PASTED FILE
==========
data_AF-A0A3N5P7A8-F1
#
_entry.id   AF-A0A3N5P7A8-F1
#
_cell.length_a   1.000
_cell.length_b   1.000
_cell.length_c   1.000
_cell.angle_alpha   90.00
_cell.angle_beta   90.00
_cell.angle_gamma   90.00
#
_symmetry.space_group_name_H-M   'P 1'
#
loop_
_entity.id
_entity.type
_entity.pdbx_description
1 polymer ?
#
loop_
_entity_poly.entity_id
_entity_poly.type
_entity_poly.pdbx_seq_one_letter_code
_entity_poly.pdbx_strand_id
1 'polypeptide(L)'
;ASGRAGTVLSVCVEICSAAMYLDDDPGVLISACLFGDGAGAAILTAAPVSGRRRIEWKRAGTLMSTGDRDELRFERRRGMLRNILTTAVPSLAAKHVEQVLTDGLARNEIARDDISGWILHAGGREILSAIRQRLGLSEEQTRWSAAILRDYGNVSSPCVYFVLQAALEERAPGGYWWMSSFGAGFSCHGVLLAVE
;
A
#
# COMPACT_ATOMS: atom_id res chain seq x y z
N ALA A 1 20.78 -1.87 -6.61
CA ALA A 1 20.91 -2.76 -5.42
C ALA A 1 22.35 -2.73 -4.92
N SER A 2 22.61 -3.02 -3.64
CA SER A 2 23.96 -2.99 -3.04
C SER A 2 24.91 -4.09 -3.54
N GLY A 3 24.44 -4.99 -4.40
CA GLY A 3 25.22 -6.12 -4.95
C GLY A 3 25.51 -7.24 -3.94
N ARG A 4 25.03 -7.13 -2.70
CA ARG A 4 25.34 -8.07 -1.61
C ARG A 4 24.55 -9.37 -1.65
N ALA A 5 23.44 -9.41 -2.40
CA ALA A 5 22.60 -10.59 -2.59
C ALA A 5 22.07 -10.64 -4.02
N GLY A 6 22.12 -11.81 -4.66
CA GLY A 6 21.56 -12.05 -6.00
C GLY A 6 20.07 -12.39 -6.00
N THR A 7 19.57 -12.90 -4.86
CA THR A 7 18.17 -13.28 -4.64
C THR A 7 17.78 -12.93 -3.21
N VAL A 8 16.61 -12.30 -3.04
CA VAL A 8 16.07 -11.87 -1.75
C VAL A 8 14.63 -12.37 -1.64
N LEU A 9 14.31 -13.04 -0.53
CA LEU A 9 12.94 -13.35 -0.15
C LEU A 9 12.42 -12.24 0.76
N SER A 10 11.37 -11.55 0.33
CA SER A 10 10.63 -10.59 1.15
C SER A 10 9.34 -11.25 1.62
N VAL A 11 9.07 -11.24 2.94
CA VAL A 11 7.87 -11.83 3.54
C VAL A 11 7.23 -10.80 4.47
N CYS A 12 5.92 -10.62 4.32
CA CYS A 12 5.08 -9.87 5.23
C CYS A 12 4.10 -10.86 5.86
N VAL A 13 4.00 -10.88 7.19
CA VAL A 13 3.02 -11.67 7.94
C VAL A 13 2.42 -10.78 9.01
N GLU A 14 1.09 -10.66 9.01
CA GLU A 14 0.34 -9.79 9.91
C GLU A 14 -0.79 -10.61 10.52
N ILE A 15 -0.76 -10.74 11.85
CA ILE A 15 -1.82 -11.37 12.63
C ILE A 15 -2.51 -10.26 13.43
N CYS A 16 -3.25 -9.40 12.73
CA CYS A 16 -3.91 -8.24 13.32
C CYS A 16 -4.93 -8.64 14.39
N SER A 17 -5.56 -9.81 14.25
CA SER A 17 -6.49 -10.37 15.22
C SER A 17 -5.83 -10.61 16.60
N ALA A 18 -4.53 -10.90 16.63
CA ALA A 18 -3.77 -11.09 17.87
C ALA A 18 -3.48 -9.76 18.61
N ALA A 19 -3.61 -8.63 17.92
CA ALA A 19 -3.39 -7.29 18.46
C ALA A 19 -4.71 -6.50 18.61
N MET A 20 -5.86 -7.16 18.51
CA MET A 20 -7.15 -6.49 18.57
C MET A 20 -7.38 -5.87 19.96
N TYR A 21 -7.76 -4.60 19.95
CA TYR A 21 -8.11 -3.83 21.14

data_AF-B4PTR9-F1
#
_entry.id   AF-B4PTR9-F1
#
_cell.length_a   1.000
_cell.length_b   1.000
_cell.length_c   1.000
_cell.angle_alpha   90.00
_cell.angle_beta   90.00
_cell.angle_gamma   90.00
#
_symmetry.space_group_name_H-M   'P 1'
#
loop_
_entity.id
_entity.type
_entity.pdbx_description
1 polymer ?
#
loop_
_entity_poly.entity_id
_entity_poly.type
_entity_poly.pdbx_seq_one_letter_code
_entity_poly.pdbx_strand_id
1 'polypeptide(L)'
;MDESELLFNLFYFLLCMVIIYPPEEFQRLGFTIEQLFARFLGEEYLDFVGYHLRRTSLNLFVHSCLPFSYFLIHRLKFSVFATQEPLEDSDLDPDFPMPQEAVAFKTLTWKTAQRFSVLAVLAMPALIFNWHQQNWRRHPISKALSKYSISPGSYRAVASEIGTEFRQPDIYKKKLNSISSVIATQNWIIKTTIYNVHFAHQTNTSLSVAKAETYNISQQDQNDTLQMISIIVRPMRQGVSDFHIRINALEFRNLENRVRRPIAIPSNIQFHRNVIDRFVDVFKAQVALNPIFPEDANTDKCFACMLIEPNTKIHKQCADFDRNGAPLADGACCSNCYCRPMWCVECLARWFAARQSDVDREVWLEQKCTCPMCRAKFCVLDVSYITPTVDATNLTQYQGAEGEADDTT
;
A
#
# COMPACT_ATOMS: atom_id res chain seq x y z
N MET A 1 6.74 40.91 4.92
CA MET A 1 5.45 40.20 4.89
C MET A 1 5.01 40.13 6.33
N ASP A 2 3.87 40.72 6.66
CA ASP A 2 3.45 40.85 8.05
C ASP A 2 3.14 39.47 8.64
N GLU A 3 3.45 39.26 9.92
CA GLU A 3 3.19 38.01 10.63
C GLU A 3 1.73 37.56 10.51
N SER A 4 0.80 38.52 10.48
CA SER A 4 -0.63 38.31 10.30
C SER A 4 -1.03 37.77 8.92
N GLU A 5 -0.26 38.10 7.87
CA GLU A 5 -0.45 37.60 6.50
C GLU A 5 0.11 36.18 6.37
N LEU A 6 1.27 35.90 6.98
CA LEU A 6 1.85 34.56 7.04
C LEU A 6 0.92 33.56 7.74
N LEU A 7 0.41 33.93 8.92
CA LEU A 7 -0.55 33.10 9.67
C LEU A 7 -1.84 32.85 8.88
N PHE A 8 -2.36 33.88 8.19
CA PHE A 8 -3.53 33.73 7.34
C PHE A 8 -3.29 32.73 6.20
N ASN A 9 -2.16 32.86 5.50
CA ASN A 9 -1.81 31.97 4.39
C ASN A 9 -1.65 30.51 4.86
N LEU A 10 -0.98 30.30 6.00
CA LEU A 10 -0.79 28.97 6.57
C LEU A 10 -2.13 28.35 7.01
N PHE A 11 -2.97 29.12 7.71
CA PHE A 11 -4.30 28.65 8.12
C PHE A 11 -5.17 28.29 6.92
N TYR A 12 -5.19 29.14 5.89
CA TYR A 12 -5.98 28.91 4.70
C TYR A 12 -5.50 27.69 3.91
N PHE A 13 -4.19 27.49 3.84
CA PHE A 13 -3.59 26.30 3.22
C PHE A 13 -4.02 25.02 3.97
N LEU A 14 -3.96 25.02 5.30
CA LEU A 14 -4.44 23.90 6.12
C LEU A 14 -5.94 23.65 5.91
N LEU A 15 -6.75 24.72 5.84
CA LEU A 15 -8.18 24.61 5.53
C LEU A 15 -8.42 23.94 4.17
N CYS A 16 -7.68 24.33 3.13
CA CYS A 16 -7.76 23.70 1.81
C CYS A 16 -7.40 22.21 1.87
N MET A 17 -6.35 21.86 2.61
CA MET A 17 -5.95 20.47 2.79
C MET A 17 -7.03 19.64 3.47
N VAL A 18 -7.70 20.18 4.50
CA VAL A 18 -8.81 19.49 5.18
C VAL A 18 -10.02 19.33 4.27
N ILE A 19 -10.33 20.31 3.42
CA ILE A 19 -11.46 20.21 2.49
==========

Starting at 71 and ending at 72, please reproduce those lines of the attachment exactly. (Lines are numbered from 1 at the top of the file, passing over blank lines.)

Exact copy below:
CA GLU A 14 0.34 -9.79 9.91
C GLU A 14 -0.79 -10.61 10.52